If you are lucky, that is. The 4017 are not properly reset durcing power on (reset pin 15 is tied to ground). Therefore the initial state of the 4017 is hopefully a count of 0 (pin 3 active), but this s not guaranted. The 4017 may also pwer up in any other state, e.g. IC2 might power up with a count of 1 and IC3 might power up with a count of 5. The sequence of LEDs will then be:
1+5
2+6
3+7
...
If the first sequence (1+2, 2+3, ...) is what you want, you will have to add a reset circuit to pins 15 of both IC2 and IC3. You can use a simple RC circuit as shown e.g. here.
Without the reset circuit the original circuit will work in any number of cases but fail in the rest of cases. This can be frustrating. Trust me, I have made that experience ;).
 

Martaine2005

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What’s the photocoupler for?
I can’t see any point in having it.

Martin
 

bertus

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Hello,

What’s the photocoupler for?

The optocoupler is used as an inverter circuit, so the stepping is alternating between the two 4017's.
It would be better to have an emittor resistor on the optocoupler of say 10K.

Bertus
 

Martaine2005

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I see, still seems like it’s over engineered when placement of the LEDs and or only one CD4017 could achieve the same results.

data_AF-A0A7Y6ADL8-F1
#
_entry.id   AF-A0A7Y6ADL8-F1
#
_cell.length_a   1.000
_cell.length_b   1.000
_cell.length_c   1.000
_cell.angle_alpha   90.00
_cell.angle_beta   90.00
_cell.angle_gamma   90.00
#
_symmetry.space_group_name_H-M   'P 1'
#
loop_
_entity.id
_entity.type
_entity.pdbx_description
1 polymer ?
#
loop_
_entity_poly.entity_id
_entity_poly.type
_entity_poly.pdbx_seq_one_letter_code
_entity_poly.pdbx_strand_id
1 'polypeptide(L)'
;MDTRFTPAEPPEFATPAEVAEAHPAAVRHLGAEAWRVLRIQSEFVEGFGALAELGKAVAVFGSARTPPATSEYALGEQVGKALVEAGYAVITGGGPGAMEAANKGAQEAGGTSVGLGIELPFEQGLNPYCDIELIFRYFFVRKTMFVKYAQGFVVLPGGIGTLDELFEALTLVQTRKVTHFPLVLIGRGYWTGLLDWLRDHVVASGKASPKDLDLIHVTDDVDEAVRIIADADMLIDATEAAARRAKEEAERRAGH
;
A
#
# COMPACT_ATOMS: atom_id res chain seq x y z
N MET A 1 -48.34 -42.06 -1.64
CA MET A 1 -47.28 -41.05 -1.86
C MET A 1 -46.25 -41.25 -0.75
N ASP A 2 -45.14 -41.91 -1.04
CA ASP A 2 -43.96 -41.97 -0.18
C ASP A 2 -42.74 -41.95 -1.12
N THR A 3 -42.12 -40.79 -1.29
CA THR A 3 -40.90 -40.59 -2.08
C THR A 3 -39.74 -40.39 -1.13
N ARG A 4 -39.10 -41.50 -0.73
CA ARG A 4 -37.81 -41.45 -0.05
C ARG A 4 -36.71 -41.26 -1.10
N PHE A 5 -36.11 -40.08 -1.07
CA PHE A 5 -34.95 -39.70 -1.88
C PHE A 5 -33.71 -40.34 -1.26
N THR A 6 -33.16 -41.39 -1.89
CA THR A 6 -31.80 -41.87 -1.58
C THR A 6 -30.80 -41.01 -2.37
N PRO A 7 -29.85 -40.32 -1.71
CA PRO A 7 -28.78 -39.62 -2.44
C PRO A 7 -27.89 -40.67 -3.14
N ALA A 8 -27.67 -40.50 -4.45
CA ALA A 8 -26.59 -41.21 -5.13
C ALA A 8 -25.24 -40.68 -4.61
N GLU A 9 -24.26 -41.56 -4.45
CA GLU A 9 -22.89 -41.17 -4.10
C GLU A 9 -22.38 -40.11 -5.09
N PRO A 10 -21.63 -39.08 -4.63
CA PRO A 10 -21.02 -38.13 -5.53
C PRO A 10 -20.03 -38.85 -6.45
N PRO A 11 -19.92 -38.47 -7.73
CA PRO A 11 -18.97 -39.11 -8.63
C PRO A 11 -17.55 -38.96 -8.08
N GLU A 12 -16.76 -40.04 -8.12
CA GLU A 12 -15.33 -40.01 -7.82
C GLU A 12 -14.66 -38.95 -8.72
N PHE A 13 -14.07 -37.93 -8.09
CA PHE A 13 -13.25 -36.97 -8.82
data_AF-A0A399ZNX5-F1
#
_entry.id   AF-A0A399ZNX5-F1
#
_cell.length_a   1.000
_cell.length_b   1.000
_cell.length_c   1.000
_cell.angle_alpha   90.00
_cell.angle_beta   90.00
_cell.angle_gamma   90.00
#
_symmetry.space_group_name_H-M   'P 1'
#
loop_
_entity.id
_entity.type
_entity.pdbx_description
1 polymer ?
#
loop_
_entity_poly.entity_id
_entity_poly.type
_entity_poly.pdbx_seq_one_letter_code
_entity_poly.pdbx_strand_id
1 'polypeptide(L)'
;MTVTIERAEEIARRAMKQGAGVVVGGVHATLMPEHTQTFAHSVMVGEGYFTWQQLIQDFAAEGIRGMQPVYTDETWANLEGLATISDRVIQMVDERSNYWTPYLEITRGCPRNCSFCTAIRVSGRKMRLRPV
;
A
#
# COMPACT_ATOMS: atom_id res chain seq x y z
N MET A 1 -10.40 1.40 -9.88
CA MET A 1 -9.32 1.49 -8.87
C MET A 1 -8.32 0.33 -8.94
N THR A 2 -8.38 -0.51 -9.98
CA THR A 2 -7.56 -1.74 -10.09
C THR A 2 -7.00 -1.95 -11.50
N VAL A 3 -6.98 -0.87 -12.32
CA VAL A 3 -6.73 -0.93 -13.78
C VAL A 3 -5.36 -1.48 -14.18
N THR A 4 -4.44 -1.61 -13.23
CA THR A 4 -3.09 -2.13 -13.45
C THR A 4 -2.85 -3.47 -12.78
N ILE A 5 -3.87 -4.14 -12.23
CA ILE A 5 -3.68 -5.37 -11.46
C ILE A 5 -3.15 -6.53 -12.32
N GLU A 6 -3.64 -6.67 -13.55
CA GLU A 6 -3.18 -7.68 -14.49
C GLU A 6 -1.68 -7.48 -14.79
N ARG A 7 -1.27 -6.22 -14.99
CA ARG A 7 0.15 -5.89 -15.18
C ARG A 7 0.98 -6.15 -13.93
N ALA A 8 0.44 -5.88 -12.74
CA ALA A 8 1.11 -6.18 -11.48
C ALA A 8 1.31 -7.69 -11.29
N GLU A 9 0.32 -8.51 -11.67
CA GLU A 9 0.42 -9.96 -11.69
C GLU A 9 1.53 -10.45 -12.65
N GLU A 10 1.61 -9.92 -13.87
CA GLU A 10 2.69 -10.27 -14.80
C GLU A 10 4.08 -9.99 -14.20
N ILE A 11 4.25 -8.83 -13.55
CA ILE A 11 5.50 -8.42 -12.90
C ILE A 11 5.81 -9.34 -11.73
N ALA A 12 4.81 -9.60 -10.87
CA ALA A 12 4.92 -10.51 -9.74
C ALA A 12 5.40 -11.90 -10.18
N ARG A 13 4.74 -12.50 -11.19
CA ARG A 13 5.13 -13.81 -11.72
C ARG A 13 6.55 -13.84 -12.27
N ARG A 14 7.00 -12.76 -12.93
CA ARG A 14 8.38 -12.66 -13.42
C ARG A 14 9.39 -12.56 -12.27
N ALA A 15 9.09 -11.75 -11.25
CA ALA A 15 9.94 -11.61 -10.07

But I guess it has its uses.

Martin
 

Modelbldr

Apr 20, 2022
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I see, still seems like it’s over engineered when placement of the LEDs and or only one CD4017 could achieve the same results.
But I guess it has its uses.

Martin
What do you mean placement on the LEDs on one CD4017? I'd like to keep this as simple as possible. Thanks.
 

Modelbldr

Apr 20, 2022
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Found this on Youtube. Seems to be what I need. Your comments, please.
 

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Harald Kapp

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Looks suitable. The overflow (pin 11) from the top 4017 routes the clock from the 555 to the lower 4017 once the top 10 LEDs have been lit. Then back to the upper 4017 once 2nd set of LEDs has been lit.